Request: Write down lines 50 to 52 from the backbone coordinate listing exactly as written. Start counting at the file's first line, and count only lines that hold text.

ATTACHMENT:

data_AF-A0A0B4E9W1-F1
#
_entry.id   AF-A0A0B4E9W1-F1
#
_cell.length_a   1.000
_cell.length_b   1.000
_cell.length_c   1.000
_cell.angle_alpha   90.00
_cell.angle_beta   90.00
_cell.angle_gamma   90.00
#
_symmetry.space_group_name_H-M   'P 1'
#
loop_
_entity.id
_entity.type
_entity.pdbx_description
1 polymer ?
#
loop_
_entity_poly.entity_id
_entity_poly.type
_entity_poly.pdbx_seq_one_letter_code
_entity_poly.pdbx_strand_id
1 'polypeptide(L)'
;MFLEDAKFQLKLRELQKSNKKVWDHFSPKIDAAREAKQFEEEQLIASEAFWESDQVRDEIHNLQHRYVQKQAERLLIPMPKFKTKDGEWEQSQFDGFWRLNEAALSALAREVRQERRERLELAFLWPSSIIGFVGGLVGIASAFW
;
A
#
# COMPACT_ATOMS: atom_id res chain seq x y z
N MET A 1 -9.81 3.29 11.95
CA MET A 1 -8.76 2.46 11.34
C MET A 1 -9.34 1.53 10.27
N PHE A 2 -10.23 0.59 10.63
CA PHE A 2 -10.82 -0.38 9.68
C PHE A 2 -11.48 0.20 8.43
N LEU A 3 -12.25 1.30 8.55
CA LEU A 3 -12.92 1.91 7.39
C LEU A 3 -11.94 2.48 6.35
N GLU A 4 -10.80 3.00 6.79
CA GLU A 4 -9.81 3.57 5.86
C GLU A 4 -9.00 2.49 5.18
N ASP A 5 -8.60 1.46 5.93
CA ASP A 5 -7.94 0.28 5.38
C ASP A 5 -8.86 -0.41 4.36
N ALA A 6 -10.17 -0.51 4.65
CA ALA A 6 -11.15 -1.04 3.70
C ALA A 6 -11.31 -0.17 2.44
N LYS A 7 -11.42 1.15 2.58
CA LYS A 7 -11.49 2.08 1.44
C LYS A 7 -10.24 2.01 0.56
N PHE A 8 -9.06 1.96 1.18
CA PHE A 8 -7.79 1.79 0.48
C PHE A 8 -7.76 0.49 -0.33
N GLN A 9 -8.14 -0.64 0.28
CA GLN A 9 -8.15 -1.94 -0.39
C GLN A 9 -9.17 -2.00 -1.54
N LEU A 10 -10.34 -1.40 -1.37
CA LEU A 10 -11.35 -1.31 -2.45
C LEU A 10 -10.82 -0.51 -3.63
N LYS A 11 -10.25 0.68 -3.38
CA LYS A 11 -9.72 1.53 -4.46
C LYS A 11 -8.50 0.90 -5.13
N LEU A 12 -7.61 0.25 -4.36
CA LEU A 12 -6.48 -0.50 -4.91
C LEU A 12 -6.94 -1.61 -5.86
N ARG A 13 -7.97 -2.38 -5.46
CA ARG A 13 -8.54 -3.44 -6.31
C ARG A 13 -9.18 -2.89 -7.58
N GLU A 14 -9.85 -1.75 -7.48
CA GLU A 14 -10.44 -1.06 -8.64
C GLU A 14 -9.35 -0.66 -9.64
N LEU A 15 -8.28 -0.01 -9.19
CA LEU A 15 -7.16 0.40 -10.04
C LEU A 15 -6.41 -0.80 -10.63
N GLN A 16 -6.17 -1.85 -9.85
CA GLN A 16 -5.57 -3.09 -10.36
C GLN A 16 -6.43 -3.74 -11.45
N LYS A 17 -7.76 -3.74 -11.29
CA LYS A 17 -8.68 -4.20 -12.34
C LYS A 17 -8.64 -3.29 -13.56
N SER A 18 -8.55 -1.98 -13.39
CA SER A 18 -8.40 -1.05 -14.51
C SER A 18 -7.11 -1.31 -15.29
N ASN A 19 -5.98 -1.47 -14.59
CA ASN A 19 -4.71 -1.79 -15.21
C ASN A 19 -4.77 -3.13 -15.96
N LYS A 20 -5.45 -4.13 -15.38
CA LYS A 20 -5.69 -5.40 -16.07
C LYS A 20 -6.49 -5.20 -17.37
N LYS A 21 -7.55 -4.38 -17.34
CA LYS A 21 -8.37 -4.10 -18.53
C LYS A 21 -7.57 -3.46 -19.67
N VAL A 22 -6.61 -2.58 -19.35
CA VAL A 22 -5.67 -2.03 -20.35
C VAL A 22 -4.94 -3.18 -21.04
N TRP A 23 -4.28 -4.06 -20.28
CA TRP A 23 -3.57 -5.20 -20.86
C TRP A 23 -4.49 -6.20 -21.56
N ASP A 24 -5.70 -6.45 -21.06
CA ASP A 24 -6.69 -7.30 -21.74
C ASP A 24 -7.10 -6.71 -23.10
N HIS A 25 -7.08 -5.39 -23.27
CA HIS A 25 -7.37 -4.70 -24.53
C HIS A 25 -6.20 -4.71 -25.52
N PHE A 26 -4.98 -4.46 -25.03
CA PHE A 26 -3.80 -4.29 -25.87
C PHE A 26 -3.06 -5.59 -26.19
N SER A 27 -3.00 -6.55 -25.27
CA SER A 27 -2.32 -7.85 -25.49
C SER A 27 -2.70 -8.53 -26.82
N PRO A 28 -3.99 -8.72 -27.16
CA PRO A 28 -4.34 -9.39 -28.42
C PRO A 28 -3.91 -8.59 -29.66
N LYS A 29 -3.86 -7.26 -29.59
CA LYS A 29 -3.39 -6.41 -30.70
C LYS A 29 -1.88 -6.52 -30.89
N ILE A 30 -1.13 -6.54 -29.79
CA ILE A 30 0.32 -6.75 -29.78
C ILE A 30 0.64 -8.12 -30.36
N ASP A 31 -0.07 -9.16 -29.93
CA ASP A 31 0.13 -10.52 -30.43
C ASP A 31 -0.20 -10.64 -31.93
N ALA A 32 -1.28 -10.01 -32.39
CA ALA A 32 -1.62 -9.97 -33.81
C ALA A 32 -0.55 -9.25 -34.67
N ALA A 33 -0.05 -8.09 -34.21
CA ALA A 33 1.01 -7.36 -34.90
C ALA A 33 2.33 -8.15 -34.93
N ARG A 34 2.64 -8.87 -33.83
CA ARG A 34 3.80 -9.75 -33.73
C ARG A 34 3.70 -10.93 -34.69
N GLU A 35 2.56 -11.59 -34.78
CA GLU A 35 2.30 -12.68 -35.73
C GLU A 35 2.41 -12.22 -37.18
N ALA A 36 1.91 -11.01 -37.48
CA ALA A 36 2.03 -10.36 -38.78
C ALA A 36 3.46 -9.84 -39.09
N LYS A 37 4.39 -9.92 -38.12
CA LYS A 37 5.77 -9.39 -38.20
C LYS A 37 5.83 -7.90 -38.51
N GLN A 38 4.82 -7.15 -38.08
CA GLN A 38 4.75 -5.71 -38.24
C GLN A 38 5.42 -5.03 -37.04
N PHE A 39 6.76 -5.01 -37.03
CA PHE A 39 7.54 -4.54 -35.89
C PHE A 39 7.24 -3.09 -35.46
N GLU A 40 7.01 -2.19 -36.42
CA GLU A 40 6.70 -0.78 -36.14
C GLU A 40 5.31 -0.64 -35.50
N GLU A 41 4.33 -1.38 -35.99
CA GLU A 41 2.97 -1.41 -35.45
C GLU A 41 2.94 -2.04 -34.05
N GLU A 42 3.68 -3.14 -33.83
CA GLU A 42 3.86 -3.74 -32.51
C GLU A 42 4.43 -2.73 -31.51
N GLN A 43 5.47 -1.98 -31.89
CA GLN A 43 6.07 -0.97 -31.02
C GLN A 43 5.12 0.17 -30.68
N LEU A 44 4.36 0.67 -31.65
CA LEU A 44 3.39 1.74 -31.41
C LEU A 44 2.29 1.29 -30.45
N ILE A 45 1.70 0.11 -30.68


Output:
CA LYS A 7 -11.49 2.08 1.44
C LYS A 7 -10.24 2.01 0.56
N PHE A 8 -9.06 1.96 1.18